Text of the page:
Climate crisis is one of the leading global threats, if not the main threat we are currently facing. For the wider public, however, climate science is often abstract and difficult to understand. You cannot easily smell, touch or see climate change. In order to make climate change less abstract, this research project aims to humanize climate science. We will connect the abstract, global and seemingly disconnected natural occurrences with people’s local knowledges and embodied experiences. We aim to understand people’s everyday experiences of climate change and to explore climate change as both an environmental and social phenomenon.
In order to do this, the project takes a transdisciplinary approach, which means it converges various analytical perspectives and research methods. Team members come from a diverse set of disciplines, including physics, sociology, economy, environmental and climate science, and social anthropology.
The project focuses on the case of urban overheating. One of the main concerns of climate change is the rise in temperatures. Hotter, longer and more frequent heatwaves affect populations everywhere around the globe. The number of people exposed to heat waves was estimated to have increased up to 125 million between 2000 and 2016 compared to the period 1998-2008 (WMO, 2019). Heat stress is exacerbated in cities by the Urban Heat Island effect. Thus, due to climate change, city dwellers are exposed to higher temperatures. Heat stress can severely affect people’s health, and due to physiological as well as socio-economic structural factors, some groups are more vulnerable than others. Evidence suggests that adults over the age of 65 are particularly susceptible to rising temperatures. The project will focus on studying the experiences of urban heat among elderly populations in Warsaw and Madrid.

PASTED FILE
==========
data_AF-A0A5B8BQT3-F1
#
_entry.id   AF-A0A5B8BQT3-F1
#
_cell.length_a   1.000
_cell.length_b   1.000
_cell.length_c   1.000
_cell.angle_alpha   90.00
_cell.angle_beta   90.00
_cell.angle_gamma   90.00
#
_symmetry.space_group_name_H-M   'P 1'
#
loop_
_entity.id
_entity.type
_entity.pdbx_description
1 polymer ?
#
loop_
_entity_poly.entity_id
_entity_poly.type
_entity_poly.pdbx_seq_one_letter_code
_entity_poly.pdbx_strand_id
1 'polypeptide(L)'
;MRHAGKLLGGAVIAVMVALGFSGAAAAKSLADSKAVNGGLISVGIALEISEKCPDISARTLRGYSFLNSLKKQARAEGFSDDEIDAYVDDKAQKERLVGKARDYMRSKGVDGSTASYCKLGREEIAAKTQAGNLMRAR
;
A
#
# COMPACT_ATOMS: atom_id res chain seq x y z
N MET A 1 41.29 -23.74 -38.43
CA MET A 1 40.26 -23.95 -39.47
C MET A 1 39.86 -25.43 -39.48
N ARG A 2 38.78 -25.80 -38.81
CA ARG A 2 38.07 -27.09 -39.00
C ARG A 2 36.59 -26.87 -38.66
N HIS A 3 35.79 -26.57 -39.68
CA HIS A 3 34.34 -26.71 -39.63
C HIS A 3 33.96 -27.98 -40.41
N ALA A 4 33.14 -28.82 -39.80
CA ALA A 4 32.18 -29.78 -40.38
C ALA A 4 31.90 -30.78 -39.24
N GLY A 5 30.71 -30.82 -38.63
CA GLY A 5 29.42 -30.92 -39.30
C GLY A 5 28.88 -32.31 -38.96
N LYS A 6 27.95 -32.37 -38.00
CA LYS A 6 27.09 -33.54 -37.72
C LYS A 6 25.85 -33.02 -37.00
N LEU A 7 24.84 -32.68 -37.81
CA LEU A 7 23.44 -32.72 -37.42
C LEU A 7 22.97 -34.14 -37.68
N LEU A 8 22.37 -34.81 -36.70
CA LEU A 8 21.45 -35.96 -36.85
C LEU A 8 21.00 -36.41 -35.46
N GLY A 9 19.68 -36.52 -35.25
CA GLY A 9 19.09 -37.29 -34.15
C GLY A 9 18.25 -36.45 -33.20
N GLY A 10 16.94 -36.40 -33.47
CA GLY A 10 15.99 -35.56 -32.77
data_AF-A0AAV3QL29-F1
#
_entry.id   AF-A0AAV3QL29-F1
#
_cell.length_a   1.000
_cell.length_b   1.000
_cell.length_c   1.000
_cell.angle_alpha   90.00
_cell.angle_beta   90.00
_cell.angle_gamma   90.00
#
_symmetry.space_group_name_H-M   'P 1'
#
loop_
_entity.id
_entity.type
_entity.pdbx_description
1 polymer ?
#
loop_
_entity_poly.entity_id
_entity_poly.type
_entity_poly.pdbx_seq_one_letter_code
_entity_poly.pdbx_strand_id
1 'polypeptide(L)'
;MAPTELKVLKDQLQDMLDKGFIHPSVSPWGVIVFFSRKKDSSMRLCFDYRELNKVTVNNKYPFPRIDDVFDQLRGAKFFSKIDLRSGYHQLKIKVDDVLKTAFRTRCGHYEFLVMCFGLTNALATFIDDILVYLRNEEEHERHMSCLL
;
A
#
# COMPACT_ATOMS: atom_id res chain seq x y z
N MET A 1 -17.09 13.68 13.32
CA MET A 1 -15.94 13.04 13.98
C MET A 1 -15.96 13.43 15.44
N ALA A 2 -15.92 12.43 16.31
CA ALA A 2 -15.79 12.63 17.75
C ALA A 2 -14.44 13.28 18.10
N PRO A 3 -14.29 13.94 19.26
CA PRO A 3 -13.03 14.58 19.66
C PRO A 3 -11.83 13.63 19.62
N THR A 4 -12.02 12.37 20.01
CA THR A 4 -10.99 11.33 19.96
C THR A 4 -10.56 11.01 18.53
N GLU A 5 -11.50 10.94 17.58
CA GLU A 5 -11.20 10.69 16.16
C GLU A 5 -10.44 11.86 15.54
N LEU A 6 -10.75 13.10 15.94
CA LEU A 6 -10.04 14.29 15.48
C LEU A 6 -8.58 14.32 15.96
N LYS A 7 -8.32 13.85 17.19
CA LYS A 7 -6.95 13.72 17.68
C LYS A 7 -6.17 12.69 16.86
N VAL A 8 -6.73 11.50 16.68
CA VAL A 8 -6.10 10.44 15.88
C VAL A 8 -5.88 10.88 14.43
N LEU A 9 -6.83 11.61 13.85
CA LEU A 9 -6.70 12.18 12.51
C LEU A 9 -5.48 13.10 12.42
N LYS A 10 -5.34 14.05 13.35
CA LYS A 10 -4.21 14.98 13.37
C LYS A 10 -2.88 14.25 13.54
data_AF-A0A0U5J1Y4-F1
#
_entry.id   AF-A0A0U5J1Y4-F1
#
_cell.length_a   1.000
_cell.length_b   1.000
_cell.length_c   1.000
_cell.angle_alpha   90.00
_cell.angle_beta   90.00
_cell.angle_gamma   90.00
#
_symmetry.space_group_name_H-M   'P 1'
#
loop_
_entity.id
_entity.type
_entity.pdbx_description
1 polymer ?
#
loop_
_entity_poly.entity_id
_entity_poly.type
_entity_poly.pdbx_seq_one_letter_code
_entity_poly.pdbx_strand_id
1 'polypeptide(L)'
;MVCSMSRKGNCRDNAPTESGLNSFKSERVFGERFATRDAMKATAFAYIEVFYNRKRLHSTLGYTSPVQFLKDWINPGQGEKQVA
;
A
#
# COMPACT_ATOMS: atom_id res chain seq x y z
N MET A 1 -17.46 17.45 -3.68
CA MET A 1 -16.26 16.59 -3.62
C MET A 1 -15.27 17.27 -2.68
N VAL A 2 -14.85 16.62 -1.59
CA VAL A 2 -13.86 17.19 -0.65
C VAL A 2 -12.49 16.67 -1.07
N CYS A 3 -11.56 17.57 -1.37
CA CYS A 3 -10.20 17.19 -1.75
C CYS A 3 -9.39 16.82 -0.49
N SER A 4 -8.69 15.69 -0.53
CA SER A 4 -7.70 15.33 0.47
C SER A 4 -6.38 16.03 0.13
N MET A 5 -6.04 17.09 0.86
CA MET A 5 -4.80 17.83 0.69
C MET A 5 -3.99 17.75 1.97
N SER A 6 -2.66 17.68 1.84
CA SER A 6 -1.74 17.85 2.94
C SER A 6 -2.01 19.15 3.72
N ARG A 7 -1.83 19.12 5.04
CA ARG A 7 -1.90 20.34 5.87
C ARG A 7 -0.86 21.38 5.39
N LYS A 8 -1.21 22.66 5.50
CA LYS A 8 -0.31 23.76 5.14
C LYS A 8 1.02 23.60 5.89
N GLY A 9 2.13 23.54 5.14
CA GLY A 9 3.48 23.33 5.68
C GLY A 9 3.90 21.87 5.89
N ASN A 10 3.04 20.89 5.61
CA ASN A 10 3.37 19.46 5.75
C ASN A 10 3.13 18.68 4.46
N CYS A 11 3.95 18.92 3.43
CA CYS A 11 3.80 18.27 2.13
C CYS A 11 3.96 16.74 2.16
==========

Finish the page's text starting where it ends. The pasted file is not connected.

Warsaw was chosen because it is the most populous city in Poland, with continental climate and high levels of air pollution. The decision for the second case study was made based on past incidence of heat waves and thus, likelihood of a heat wave occurring within the duration of the project (Guerreiro et al., 2018), as well as the availability of health data. Warsaw and Madrid have historically experienced different temperatures, and we are interested in diverse adaptation strategies employed in both cities.
The specific methods are discussed in more detail below. However, the main goal of our research project is to converge our methodological and analytical approaches, and study different scales of urban overheating: from a global climate perspective to localized and individual experiences. We do it through continuous discussion and knowledge exchange throughout different stages of the project, from posing research questions, planning and conducting the study, to the analysis of findings.